US20040149493 *Jan 31, 2003Aug 5, 2004Smith International, Inc.Multi-lobed cutter element for drill bit
US20040163851 *Feb 21, 2003Aug 26, 2004Smith International, Inc.Drill bit cutter element having multiple cusps
US20060011388 *Jun 13, 2005Jan 19, 2006Mohammed BoudrareDrill bit and cutter element having multiple extensions
US20060260846 *May 16, 2006Nov 23, 2006Smith International, Inc.Drill Bit and Cutting Inserts For Hard/Abrasive Formations
US20060283639 *Jun 21, 2005Dec 21, 2006Zhou YongDrill bit and insert having bladed interface between substrate and coating
US20070084640 *Oct 18, 2005Apr 19, 2007Smith International, Inc.Drill bit and cutter element having aggressive leading side
US20080053710 *Sep 5, 2006Mar 6, 2008Smith International, Inc.Drill bit with cutter element having multifaceted, slanted top cutting surface
US20080156542 *Jan 3, 2007Jul 3, 2008Smith International, Inc.Rock Bit and Inserts With Wear Relief Grooves
US20080156543 *Sep 20, 2007Jul 3, 2008Smith International, Inc.Rock Bit and Inserts With a Chisel Crest Having a Broadened Region
US20080156544 *Nov 29, 2007Jul 3, 2008Smith International, Inc.Drill bit with cutter element having crossing chisel crests
Classifications
U.S. Classification175/420.2, 175/434
International ClassificationE21B10/573, E21B10/567, E21B10/56
Cooperative ClassificationE21B10/5673, E21B10/573
European ClassificationE21B10/567B, E21B10/573
Legal Events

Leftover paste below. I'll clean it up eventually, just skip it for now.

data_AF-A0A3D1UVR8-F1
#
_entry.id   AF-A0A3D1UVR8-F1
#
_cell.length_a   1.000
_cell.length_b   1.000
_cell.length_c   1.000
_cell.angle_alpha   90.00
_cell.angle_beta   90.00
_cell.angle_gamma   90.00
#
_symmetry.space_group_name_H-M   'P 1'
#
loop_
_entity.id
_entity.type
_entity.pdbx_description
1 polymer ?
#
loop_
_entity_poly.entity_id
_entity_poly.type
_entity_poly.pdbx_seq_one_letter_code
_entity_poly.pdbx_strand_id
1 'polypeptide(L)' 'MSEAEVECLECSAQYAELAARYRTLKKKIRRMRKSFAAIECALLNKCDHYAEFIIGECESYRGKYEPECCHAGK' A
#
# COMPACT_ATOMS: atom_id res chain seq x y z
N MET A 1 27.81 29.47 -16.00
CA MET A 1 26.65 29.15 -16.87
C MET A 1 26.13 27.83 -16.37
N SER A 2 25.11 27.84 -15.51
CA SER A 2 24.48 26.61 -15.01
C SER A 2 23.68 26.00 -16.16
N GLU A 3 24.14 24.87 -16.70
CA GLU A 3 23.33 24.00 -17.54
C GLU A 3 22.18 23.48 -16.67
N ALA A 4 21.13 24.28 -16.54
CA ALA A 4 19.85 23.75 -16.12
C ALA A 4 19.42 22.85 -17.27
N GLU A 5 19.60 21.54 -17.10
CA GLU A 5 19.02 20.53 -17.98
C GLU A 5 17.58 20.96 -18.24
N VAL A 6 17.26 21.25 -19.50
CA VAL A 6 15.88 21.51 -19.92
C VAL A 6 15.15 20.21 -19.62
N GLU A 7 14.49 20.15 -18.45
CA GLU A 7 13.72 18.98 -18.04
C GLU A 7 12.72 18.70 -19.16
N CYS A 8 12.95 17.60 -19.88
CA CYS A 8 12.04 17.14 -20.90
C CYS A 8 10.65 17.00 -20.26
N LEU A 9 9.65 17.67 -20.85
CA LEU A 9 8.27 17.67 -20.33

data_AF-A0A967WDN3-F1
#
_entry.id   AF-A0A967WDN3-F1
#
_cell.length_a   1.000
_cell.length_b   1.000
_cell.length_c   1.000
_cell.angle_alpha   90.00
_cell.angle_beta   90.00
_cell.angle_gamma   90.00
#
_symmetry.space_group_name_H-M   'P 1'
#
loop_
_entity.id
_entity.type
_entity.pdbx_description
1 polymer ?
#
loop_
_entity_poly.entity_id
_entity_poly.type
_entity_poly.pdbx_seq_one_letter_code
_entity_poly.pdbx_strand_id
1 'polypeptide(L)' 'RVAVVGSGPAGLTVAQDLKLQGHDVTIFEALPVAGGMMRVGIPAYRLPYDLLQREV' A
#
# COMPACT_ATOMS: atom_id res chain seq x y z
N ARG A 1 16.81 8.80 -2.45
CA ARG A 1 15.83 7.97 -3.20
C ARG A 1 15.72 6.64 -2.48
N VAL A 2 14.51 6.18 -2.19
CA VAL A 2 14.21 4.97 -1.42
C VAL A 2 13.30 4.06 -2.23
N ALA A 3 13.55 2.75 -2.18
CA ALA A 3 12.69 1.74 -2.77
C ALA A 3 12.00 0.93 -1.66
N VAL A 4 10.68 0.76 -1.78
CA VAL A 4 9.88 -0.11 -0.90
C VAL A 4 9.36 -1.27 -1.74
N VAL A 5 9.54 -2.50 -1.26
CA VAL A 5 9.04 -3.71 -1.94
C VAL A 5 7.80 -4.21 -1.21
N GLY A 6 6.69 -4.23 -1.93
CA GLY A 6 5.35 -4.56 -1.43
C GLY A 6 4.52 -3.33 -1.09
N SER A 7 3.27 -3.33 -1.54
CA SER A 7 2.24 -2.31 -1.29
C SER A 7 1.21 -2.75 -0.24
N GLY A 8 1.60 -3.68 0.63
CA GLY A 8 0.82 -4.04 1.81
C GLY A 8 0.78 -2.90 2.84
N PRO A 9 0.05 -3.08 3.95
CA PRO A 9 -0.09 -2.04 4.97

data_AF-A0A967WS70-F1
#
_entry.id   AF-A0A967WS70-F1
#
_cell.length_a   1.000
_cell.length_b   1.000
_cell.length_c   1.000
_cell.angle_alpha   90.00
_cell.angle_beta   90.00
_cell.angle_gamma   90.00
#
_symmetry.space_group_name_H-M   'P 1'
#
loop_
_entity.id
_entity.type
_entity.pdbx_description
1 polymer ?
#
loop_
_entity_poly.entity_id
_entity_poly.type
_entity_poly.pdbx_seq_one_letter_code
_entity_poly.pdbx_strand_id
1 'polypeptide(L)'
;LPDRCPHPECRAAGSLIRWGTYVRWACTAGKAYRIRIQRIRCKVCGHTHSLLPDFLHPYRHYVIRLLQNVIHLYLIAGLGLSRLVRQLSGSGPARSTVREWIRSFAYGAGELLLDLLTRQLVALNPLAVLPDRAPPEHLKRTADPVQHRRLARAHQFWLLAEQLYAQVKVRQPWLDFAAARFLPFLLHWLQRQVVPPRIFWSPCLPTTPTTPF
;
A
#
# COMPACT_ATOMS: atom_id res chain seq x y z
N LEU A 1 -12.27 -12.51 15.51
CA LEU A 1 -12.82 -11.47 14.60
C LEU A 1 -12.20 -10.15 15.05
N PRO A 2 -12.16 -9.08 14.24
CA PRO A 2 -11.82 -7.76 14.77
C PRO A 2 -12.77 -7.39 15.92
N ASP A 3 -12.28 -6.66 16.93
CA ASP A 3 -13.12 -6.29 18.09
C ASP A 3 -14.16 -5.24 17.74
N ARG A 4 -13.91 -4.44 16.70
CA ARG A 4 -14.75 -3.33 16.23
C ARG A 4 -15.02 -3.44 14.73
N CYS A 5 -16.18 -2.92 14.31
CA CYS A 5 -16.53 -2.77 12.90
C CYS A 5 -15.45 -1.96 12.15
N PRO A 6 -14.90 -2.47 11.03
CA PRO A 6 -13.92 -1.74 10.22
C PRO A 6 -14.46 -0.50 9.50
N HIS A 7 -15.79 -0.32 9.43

DateCodeEventDescription
Jan 12, 1998ASAssignment
Owner name: SANDVIK AB, SWEDEN
Free format text: ASSIGNMENT OF ASSIGNORS INTEREST;ASSIGNOR:INGMARSSON, KARL;REEL/FRAME:008913/0486
Effective date: 19970929
Dec 25, 2002FPAYFee payment
Year of fee payment: 4
May 31, 2005ASAssignment
Owner name: SANDVIK INTELLECTUAL PROPERTY HB, SWEDEN
Free format text: ASSIGNMENT OF ASSIGNORS INTEREST;ASSIGNOR:SANDVIK AB;REEL/FRAME:016290/0628
Effective date: 20050516
Owner name: SANDVIK INTELLECTUAL PROPERTY HB,SWEDEN
Free format text: ASSIGNMENT OF ASSIGNORS INTEREST;ASSIGNOR:SANDVIK AB;REEL/FRAME:016290/0628
Effective date: 20050516
Jun 30, 2005ASAssignment
Owner name: SANDVIK INTELLECTUAL PROPERTY AKTIEBOLAG, SWEDEN
Free format text: ASSIGNMENT OF ASSIGNORS INTEREST;ASSIGNOR:SANDVIK INTELLECTUAL PROPERTY HB;REEL/FRAME:016621/0366
Effective date: 20050630
Owner name: SANDVIK INTELLECTUAL PROPERTY AKTIEBOLAG,SWEDEN
Free format text: ASSIGNMENT OF ASSIGNORS INTEREST;ASSIGNOR:SANDVIK INTELLECTUAL PROPERTY HB;REEL/FRAME:016621/0366
Effective date: 20050630
Feb 16, 2007FPAYFee payment
Year of fee payment: 8
Feb 10, 2011FPAYFee payment
Year of fee payment: 12